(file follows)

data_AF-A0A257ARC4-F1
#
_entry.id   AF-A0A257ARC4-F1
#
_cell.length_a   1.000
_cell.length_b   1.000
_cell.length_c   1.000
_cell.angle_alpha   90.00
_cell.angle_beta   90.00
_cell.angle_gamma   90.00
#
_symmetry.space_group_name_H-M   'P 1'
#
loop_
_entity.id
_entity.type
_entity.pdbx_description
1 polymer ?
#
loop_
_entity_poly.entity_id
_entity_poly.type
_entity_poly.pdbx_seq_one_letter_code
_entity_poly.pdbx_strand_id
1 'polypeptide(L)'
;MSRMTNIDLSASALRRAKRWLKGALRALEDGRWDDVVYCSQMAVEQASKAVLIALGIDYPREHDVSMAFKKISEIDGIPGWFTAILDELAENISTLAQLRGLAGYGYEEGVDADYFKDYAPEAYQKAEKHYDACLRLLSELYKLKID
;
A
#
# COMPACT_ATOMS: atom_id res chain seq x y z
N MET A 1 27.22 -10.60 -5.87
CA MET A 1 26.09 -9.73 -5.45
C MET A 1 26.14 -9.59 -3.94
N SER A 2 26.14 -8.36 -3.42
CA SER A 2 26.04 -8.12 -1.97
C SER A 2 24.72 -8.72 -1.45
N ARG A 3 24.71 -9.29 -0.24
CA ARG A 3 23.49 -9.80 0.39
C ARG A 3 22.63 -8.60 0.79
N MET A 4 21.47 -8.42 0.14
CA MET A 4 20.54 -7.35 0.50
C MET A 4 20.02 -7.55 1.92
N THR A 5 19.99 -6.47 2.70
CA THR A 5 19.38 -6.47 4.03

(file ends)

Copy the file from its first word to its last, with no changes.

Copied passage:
data_AF-A0A257ARC4-F1
#
_entry.id   AF-A0A257ARC4-F1
#
_cell.length_a   1.000
_cell.length_b   1.000
_cell.length_c   1.000
_cell.angle_alpha   90.00
_cell.angle_beta   90.00
_cell.angle_gamma   90.00
#
_symmetry.space_group_name_H-M   'P 1'
#
loop_
_entity.id
_entity.type
_entity.pdbx_description
1 polymer ?
#
loop_
_entity_poly.entity_id
_entity_poly.type
_entity_poly.pdbx_seq_one_letter_code
_entity_poly.pdbx_strand_id
1 'polypeptide(L)'
;MSRMTNIDLSASALRRAKRWLKGALRALEDGRWDDVVYCSQMAVEQASKAVLIALGIDYPREHDVSMAFKKISEIDGIPGWFTAILDELAENISTLAQLRGLAGYGYEEGVDADYFKDYAPEAYQKAEKHYDACLRLLSELYKLKID
;
A
#
# COMPACT_ATOMS: atom_id res chain seq x y z
N MET A 1 27.22 -10.60 -5.87
CA MET A 1 26.09 -9.73 -5.45
C MET A 1 26.14 -9.59 -3.94
N SER A 2 26.14 -8.36 -3.42
CA SER A 2 26.04 -8.12 -1.97
C SER A 2 24.72 -8.72 -1.45
N ARG A 3 24.71 -9.29 -0.24
CA ARG A 3 23.49 -9.80 0.39
C ARG A 3 22.63 -8.60 0.79
N MET A 4 21.47 -8.42 0.14
CA MET A 4 20.54 -7.35 0.50
C MET A 4 20.02 -7.55 1.92
N THR A 5 19.99 -6.47 2.70
CA THR A 5 19.38 -6.47 4.03